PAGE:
I think that maybe the key is to just acknowledge that this stuff is really, really, really hard.  That while I may be capable of running a marathon, being a fantastic Executive Director, volunteering in my community, aiming at Mother of the Year, sending hand written notes daily, keeping my house clean, growing my own vegetables, and writing a novel, thru hiking the Pacific Crest Trail, and much, much, much more, I just can't do it all at once.  I want to do all of those things, and I can....I just can't do them all right now.

I'm kind of resentful about the Pinterest/Real Simple/Shape Magazine pictures that imply that we're all aiming at perfection.  I know people with nice laundry rooms, but I do not know one single person who keeps a vase of flowers in their laundry room and keeps that room clutter free.  I see pictures of beautiful abs every day of my life, but I know very few women who would ever consent to show me their abs (let alone flaunt them in public) because even among the thin and fit, my 40-something year old friends aren't aiming at the perfection of a 20 year old's fitness.  I'm proud of my career growth and the work that I do, but I just have to accept that this means I don't get to go on all of the middle school field trips.  Perfection isn't the goal.  I will never have that laundry room, or those abs, and saying so isn't giving up or letting my life fall apart.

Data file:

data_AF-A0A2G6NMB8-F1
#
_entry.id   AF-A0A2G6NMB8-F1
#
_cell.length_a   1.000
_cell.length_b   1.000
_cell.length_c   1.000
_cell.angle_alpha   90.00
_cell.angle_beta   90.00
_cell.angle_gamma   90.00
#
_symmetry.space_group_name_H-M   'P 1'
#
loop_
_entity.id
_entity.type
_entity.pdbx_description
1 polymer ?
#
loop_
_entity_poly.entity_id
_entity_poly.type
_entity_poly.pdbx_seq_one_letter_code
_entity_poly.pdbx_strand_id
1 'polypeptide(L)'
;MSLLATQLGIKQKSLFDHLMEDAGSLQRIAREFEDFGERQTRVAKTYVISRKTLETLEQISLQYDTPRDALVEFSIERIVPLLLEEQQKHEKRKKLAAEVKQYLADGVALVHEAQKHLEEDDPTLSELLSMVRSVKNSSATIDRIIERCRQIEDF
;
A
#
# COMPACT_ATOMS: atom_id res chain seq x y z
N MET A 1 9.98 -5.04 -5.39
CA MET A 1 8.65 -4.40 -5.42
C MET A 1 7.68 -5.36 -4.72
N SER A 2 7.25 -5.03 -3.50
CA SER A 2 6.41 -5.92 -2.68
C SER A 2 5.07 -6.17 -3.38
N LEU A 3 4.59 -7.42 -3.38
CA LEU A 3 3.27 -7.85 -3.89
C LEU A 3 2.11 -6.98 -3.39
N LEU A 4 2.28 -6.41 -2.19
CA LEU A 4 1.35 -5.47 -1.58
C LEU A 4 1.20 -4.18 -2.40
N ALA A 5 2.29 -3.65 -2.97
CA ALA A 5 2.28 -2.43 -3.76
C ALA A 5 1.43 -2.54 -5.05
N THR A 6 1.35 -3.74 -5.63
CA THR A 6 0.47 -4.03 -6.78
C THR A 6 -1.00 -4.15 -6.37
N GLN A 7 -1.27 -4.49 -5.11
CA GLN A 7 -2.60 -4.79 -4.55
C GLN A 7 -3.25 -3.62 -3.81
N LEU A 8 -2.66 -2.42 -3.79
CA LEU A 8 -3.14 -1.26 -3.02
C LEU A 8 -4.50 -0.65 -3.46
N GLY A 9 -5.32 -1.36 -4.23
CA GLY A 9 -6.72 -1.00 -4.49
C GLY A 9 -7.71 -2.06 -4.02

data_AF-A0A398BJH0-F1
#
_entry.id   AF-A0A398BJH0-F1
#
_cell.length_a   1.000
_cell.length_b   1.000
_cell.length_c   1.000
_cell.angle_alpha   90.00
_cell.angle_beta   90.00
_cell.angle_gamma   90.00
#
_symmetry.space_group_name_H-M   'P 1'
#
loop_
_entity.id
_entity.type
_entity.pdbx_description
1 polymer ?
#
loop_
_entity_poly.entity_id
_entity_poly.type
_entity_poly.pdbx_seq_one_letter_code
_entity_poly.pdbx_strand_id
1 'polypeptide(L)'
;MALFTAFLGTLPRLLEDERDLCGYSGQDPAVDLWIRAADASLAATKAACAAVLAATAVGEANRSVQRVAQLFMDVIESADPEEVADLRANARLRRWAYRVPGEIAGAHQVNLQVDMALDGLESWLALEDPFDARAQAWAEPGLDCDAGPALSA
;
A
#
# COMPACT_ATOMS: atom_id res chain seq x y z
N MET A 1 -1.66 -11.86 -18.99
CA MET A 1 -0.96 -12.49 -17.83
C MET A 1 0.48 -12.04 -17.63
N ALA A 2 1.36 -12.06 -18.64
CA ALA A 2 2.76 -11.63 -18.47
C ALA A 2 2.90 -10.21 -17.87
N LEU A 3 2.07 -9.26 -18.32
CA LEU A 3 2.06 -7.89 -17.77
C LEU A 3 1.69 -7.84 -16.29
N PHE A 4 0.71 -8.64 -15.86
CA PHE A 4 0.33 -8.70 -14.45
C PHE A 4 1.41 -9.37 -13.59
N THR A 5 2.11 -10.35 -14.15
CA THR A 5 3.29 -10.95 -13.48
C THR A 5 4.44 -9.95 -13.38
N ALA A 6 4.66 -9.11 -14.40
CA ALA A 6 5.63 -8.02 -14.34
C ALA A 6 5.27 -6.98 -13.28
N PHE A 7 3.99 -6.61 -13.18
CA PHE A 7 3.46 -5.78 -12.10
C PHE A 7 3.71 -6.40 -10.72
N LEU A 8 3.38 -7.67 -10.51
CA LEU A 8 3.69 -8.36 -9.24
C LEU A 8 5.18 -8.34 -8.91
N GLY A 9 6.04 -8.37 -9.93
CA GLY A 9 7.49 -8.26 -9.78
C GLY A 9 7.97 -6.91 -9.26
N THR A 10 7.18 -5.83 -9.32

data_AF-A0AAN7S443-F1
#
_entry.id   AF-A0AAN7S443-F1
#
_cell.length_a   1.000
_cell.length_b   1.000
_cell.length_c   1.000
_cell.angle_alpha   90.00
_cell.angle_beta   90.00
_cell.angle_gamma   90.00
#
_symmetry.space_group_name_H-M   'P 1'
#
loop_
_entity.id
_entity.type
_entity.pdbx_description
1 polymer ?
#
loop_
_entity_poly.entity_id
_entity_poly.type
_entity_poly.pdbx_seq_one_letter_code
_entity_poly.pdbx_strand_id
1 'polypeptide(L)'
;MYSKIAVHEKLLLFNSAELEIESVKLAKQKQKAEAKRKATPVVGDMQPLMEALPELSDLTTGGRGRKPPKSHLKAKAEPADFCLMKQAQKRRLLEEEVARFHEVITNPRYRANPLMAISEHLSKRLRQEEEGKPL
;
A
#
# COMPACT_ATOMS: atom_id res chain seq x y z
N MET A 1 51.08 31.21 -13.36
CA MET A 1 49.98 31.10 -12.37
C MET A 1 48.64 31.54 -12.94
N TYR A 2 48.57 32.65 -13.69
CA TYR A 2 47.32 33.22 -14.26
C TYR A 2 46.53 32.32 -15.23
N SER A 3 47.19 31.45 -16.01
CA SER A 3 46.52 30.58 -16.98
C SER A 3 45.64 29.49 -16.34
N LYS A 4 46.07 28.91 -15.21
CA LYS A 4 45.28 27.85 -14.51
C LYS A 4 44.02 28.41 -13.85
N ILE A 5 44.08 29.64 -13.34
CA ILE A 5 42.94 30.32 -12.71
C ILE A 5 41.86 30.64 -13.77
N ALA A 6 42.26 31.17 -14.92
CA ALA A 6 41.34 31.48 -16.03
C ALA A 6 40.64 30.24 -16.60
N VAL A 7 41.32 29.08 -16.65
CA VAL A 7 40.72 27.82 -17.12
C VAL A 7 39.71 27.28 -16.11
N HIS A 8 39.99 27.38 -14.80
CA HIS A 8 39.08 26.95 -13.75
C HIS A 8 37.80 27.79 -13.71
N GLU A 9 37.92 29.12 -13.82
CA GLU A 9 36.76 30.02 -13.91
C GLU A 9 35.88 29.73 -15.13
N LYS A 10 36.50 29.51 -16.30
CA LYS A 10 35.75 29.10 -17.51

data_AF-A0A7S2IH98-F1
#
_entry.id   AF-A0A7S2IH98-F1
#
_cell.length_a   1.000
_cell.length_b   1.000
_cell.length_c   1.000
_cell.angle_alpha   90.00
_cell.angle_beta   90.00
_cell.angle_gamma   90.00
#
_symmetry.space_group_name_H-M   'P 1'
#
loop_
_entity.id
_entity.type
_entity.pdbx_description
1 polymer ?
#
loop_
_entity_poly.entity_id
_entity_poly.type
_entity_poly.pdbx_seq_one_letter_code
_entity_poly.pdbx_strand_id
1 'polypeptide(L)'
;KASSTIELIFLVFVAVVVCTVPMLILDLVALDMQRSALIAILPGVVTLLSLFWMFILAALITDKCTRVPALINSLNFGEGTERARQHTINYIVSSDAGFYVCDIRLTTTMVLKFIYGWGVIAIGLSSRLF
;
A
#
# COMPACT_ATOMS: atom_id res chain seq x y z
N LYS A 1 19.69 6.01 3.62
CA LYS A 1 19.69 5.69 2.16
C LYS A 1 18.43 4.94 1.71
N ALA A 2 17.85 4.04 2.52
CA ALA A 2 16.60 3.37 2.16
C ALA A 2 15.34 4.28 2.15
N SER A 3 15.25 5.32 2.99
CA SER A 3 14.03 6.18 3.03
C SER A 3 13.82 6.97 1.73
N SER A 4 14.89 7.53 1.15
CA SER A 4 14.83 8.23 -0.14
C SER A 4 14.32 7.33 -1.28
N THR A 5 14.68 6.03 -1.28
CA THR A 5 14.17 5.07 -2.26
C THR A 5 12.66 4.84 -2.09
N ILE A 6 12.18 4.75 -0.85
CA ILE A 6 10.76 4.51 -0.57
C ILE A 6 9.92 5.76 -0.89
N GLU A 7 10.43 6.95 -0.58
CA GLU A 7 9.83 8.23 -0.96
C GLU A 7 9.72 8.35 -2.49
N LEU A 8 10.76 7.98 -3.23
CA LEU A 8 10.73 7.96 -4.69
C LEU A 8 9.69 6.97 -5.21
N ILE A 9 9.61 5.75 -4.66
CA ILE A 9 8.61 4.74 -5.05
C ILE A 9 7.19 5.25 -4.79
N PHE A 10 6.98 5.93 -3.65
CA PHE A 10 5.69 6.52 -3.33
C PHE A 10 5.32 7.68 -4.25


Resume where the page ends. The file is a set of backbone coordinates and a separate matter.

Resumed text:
Maybe acknowledging that I will never reach perfection is one more step on the way to a perfect life, the way I define it.  Because in my perfect life vision, I fall asleep each night knowing that I've done what I can, that I've helped more than harmed, that I'm still growing and learning.

I need to make the orthodontist appointment.  I need to watch less Gilmore Girls and read more.  I can do those things...I think.  At nine in the morning, they seem doable, but when 8pm rolls around and I'm tired, I feel much less certain.  So, every day, I try again.  I keep hoping for that day when I have exercised (with the dog), prepared healthy breakfast/lunch/dinner and refrained from snacking, my house is clean with the laundry put away, my thank you notes are caught up, the yard is tidy, I've spent an hour writing and an hour volunteering, I landed the new sponsor and moved the strategy forward with key volunteers, I played a board game with my daughter, I stopped to enjoy the sunset, I called my mom, and I did it all under budget, and got to bed on time (with a kiss on Katherine's cheek before we each go to our rooms to read, knowing that we'll talk about what we read at the breakfast table).

I don't think that day is coming.  I get pieces of that day every day, but I don't get it all....ever.

Maybe the hardest part is pushing forward to be my best self at the same time that I relax about ever getting to that mythical place where it's all in order.  Perhaps we're already doing a good job, and we need to smile at our efforts more often, instead of berating ourselves for our flaws.